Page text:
Because it did seem like a platitude, at first. What did I have to be grateful for? I had a chronic brain disorder. My life was totally messed up. I was broke, in debt. I lived in a place where the long dark nights of winter were accompanied by below-zero temps. I had a past full of awful and a future full of nothing much. People treated me terribly and my justified resentments would fill a book longer than the Bible.
So, yeah, I wasn’t actively doing things to submarine my own health any more. I’d found a program full of intelligent strategies for recovery and some wise people who were willing to occasionally sit down and help me chew through some tough thought processes.
But really, my life was still colossally unsatisfactory. I didn’t get any of the stuff I wanted, couldn’t begin to see how it would ever happen. I was still surrounded by the toxic detritus of my own past. Gratitude, schmatitude.
Keep your Mary Sunshine “affirmations” and your “there but for the grace” crap. Why should I celebrate settling for so much less than I want and I believe I’m owed, somehow, by life? Why, when I have so many legitimate, fully justified grievances against the injustices perpetrated on me by a dysfunctional culture and a crazy consumerist society, should I celebrate something as inconsequential as a sunrise? What does it get me?
Shouldn’t I, rather, be focusing on all the wrongs that need righting? Immerse myself in the consciousness of What Must Be Changed, especially the attitudes and actions of those in power and all those Institutional Others?
Turns out, it gets me a lot, actually.
Being thankful for the sunrise, that is.
Call it neurodynamic conditioning or spiritual yoga, whatever floats your boat. It’s a form of rehab for the brain recovering from sick, negative thinking. Consciously creating positive pathways and associations with sensations and experiences, teaches your brain to do this, and gives it the practice needed to keep doing it.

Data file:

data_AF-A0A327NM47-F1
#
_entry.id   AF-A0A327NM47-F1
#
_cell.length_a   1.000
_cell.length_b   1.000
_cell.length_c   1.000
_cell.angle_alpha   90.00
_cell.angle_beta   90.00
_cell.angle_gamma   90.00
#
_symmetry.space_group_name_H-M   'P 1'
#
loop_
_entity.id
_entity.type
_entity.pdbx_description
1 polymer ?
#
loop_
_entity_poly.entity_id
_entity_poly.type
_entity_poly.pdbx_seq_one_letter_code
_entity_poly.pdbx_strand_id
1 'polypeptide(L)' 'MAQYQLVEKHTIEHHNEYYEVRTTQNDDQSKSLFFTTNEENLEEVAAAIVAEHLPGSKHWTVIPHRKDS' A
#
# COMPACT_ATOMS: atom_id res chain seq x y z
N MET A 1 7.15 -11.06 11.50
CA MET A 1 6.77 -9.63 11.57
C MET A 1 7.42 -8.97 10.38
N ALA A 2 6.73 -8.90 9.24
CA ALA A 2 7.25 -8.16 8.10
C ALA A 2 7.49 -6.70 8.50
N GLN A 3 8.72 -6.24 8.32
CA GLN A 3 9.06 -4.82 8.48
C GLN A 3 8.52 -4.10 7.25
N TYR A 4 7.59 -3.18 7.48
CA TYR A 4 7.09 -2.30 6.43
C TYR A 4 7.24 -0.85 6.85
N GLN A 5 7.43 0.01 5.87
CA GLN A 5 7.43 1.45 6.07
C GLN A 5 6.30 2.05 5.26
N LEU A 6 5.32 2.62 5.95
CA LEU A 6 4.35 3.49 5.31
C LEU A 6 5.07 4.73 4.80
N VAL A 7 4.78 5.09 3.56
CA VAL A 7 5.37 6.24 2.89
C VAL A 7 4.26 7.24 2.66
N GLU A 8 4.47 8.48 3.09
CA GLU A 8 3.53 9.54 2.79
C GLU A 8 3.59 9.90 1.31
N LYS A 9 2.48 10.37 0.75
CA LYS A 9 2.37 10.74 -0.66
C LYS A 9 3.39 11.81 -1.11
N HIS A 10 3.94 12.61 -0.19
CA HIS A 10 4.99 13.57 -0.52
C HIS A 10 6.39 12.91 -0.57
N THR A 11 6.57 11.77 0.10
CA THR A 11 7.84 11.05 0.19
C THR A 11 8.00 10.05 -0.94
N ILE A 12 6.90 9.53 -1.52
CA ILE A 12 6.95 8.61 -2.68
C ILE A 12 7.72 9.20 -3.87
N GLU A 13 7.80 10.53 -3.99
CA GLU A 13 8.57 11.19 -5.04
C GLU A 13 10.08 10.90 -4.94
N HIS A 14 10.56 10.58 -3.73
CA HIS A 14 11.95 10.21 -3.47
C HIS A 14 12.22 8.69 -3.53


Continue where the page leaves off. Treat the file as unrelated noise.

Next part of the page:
And that creates a whole constellation of secondary physiological and psychological benefits. When your brain uses positive associational pathways, ‘good feeling’ thought processes, it activates the associated receptors and triggers the limbic system to respond with that balance of chemicals- less stress hormone, more relaxation.
It’s a workout for your brain, your spirit, your soul.
Just like workouts for your body, different people will find different things easier to do and keep doing, more enjoyable, more effective, etc. There’s no one right way to “do gratitude,” and even seeking out and trying different techniques is a helpful process. Some people keep a “gratitude journal.” Some use gratitude-focused meditations or affirmations.
I know one person who keeps a gratitude calendar. She jots down something she feels grateful about, and then puts a reminder on the calendar a week out, a month out, a year out. Sometimes with a note to call the person who shared the experience with her and thank them or remember the awesomeness of it, so they can both ping the gratitude muscles again.
Another person I know puts little reminders in their “Daily Reflections” reading book- a ticket stub, a photo, a cartoon, a newspaper clipping with a marginal note.
I have a combo system, myself. In the morning, I use a gratitude meditation (I have a bunch, and I’m learning to make up new ones as I go.) At night, I jot down three things from during the day that are gratitude-worthy, and why and how I felt that way. And one cool sensory experience to double down on, anything from a wonderful-tasting item at lunch to a spectacularly beautiful skyscape on the sunset horizon.
I’m developing the attitude.
And for that, I am so very grateful.
Hey, wouldn’t it be great if we had a national gratitude holiday? Oh, wait…